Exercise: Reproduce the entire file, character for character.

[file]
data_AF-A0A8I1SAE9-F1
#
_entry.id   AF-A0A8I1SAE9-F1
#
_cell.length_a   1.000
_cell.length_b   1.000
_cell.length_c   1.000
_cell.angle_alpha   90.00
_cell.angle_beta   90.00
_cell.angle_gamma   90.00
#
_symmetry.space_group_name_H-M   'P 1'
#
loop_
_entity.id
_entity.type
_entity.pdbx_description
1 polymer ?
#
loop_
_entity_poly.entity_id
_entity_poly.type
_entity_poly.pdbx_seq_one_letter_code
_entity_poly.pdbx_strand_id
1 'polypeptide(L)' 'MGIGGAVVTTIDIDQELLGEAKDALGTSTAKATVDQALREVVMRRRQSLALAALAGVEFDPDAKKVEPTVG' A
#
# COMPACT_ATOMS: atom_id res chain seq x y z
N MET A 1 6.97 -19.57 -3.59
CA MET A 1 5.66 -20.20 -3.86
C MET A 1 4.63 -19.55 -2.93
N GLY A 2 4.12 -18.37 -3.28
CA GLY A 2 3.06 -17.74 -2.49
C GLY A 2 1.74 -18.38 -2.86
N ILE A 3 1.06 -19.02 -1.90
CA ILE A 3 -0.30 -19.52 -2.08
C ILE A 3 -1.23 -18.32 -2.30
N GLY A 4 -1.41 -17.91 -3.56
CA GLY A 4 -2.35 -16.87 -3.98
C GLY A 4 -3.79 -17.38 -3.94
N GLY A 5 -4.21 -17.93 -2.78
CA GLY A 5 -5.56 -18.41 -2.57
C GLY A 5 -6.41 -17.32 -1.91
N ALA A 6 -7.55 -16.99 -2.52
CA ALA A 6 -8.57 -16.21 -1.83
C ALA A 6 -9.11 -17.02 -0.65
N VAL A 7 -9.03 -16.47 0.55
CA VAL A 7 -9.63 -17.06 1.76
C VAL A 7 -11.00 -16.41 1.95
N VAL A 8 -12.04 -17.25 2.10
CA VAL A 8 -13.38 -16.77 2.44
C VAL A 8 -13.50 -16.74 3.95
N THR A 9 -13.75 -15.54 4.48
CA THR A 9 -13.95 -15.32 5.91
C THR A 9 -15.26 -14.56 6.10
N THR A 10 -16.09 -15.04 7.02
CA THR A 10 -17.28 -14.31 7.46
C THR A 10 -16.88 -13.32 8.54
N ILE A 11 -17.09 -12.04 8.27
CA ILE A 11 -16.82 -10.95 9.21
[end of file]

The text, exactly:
data_AF-A0A8I1SAE9-F1
#
_entry.id   AF-A0A8I1SAE9-F1
#
_cell.length_a   1.000
_cell.length_b   1.000
_cell.length_c   1.000
_cell.angle_alpha   90.00
_cell.angle_beta   90.00
_cell.angle_gamma   90.00
#
_symmetry.space_group_name_H-M   'P 1'
#
loop_
_entity.id
_entity.type
_entity.pdbx_description
1 polymer ?
#
loop_
_entity_poly.entity_id
_entity_poly.type
_entity_poly.pdbx_seq_one_letter_code
_entity_poly.pdbx_strand_id
1 'polypeptide(L)' 'MGIGGAVVTTIDIDQELLGEAKDALGTSTAKATVDQALREVVMRRRQSLALAALAGVEFDPDAKKVEPTVG' A
#
# COMPACT_ATOMS: atom_id res chain seq x y z
N MET A 1 6.97 -19.57 -3.59
CA MET A 1 5.66 -20.20 -3.86
C MET A 1 4.63 -19.55 -2.93
N GLY A 2 4.12 -18.37 -3.28
CA GLY A 2 3.06 -17.74 -2.49
C GLY A 2 1.74 -18.38 -2.86
N ILE A 3 1.06 -19.02 -1.90
CA ILE A 3 -0.30 -19.52 -2.08
C ILE A 3 -1.23 -18.32 -2.30
N GLY A 4 -1.41 -17.91 -3.56
CA GLY A 4 -2.35 -16.87 -3.98
C GLY A 4 -3.79 -17.38 -3.94
N GLY A 5 -4.21 -17.93 -2.78
CA GLY A 5 -5.56 -18.41 -2.57
C GLY A 5 -6.41 -17.32 -1.91
N ALA A 6 -7.55 -16.99 -2.52
CA ALA A 6 -8.57 -16.21 -1.83
C ALA A 6 -9.11 -17.02 -0.65
N VAL A 7 -9.03 -16.47 0.55
CA VAL A 7 -9.63 -17.06 1.76
C VAL A 7 -11.00 -16.41 1.95
N VAL A 8 -12.04 -17.25 2.10
CA VAL A 8 -13.38 -16.77 2.44
C VAL A 8 -13.50 -16.74 3.95
N THR A 9 -13.75 -15.54 4.48
CA THR A 9 -13.95 -15.32 5.91
C THR A 9 -15.26 -14.56 6.10
N THR A 10 -16.09 -15.04 7.02
CA THR A 10 -17.28 -14.31 7.46
C THR A 10 -16.88 -13.32 8.54
N ILE A 11 -17.09 -12.04 8.27
CA ILE A 11 -16.82 -10.95 9.21